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Simple Question: How Do You Make a Baby?

by Leigh Ann Woodruff, March 26, 2012

It's a simple question, right? How do you make a baby?

When Reproductive Science Center of New England (RSC) did men and women on the street interviews asking that very question in Providence, Rhode Island, most people answered with one word: "Sex."

Well, yes, but ... it's a bit more complicated. There's ovulation and timing intercourse for conception. And most people are not as aware as they should be about the role that age plays in fertility, and they are surprised when they do not get pregnant easily.

“Women and men of child-bearing age think pregnancy is easy," says Isaac Glatstein, M.D., a fertility doctor and associate medical director at RSC."Age is a dominating factor when it comes to fertility. By age 35, about 11 percent of women will have an infertility issue; that increases to 33 percent between age 35 and 40.”

To help educate men and women about fertility and the fact that age matters, RSC is producing "How to Make a Baby," an online talk show that will follow the journeys of two young couples. These past patients at RSC New England tell their stories about how and when they had planned to start a family; how they tried to get pregnant and were surprised when it wasn’t working; their interactions with their Ob/Gyn, their eventual referral to a fertility doctor, the diagnosis, fertility treatment and success. The program will be broadcast online on April 18 and June 6 at 7 p.m..

"Education about age and infertility is very important, which is why we have produced the 'How to Make a Baby' web-events," says Dr Glatstein. "We plan to continue the program and will focus on other areas needing more education."

A 2011 EMD Serono survey of more than 1,000 women ages 25-35 found that women could answer seven out of 10 fertility questions correctly less than 50 percent of the time and that 78 percent of these women had never discussed age as an infertility factor with their Ob/Gyn. And it's not just in the United States that people are unaware of the effect of the biological clock. A recent survey by Australia's Fertility Coalition found that 80 percent of Australians were unaware of the age at which a woman's fertility was reduced, and less than 10 percent of Australians knew that a man's fertility declines after age 45.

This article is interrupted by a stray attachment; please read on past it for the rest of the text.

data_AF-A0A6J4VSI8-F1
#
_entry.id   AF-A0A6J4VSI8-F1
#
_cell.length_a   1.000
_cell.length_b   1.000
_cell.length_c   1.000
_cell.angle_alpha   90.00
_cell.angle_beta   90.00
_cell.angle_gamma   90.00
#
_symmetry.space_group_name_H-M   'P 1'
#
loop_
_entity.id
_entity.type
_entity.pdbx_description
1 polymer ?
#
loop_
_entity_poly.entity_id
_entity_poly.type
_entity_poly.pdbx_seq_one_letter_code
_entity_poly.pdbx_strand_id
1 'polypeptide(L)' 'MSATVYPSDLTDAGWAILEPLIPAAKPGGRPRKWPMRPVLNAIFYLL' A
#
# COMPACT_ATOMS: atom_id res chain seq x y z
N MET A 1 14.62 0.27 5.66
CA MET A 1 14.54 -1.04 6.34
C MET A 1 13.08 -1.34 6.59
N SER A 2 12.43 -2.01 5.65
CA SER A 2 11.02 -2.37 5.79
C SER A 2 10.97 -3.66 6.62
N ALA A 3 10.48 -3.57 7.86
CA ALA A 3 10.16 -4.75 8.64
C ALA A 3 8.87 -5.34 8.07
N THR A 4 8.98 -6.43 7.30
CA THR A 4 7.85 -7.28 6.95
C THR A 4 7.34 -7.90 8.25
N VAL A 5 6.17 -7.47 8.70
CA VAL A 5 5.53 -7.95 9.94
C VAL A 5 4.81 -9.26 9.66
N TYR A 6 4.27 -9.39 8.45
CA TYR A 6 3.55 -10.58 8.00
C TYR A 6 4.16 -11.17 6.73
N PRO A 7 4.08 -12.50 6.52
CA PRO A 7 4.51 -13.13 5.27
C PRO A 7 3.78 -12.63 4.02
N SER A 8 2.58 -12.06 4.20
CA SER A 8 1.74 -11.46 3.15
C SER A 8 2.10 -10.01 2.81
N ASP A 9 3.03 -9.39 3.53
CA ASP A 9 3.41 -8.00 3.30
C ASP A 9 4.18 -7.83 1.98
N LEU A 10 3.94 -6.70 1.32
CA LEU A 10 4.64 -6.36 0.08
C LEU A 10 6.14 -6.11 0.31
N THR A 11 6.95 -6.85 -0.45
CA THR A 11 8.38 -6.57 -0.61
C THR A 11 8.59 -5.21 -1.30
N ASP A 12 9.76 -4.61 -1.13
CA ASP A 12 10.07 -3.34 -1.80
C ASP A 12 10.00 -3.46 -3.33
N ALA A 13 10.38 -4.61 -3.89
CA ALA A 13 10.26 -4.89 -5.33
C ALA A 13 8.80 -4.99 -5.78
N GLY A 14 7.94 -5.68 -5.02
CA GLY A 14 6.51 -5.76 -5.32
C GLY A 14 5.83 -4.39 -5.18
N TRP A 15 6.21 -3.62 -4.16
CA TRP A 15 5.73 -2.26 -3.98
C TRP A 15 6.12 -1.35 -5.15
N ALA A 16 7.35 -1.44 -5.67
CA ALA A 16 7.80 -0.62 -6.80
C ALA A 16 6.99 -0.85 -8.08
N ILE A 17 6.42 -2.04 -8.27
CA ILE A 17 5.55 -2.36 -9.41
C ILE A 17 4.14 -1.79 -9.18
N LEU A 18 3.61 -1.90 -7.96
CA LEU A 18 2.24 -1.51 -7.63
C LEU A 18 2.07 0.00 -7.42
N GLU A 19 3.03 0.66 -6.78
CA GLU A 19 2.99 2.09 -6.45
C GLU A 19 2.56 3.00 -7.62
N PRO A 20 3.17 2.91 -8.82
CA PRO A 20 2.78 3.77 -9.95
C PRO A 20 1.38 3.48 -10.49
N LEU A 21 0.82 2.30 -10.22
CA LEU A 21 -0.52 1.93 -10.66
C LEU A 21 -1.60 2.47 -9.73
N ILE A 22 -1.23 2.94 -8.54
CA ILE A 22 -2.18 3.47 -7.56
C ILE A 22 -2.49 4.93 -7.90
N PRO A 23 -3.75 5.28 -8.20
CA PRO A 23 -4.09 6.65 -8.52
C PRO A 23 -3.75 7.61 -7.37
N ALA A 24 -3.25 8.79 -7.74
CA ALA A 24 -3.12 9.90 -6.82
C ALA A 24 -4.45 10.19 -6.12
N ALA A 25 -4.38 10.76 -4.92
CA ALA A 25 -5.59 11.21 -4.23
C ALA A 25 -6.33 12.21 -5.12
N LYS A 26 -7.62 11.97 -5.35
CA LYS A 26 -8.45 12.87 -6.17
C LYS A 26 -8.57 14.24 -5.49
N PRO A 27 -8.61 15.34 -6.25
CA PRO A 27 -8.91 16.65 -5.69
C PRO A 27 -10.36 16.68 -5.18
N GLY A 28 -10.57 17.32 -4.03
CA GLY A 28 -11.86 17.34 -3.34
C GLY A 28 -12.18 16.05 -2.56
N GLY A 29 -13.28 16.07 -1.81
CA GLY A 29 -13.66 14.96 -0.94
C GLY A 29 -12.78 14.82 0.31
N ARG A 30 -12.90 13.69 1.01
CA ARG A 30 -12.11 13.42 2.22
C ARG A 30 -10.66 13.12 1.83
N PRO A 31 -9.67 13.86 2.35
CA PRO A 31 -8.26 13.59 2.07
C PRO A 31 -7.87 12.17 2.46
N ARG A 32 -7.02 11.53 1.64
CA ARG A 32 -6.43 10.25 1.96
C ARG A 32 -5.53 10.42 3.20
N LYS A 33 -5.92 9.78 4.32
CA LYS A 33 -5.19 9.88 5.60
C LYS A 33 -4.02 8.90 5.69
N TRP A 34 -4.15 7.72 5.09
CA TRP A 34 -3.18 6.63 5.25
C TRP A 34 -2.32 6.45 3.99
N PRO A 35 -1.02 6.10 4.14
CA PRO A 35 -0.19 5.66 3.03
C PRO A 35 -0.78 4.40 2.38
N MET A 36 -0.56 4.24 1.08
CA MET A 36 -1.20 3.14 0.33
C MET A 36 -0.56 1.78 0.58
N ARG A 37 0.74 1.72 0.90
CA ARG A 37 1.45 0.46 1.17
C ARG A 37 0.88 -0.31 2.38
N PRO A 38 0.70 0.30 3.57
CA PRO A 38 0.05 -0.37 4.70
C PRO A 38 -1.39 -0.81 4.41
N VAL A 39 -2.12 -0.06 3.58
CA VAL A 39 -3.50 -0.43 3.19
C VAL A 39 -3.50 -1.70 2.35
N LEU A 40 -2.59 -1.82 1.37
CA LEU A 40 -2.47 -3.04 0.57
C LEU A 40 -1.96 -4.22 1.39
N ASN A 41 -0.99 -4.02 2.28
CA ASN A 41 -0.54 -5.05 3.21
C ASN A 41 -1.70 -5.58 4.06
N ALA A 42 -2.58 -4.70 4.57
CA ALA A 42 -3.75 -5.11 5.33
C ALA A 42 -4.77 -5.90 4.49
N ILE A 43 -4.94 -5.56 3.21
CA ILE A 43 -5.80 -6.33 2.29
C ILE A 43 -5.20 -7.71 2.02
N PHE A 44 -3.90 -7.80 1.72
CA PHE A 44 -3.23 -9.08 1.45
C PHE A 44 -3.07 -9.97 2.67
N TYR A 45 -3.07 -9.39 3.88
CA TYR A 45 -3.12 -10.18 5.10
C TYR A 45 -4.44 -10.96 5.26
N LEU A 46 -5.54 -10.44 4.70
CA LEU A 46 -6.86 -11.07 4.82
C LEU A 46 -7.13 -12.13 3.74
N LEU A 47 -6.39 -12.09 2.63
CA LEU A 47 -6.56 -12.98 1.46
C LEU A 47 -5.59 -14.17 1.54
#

“Nearly one third of the couples who come to us for help getting pregnant, have waited too long,” says Dr. Glatstein. "While we treat women ranging from their early 20s to mid 40s, the average age of our patients is 36 years old. Between the ages of 35 to 40, it is common for about 33 percent of women to have fertility challenges."

According to the American Society of Reproductive Medicine (ASRM), approximately 20 percent of women wait until age 35 to start trying to get pregnant. And it's important to realize that in vitro fertilization (IVF) success rates for women using their own eggs decrease with age — dropping from a 41.2 percent live birth rate for women under 35 to 31.6 percent for women ages 35 to 37, 22.3 percent for women ages 38 to 40, 12.4 percent for women ages 41-42, and 4.9 percent for women ages 43 to 44, according to 2009 data from the Centers for Disease Control and Prevention.

Because the biological clock ticks away so quickly, time is of the essence when trying to get pregnant. Get educated and get in to see a fertility doctor sooner rather than later. "Many women are not aware of the standard guidelines that women under 34 should seek specialty medical care when they have tried to get pregnant with unprotected intercourse for a year," Dr. Glatstein says, "35 and over there is a six-month guideline; and 39 and over, after trying for three months."

Have you been having trouble conceiving? Is it time to find a fertility doctor or fertility clinic to help family-building journey? Just click on the links below to find one near you!

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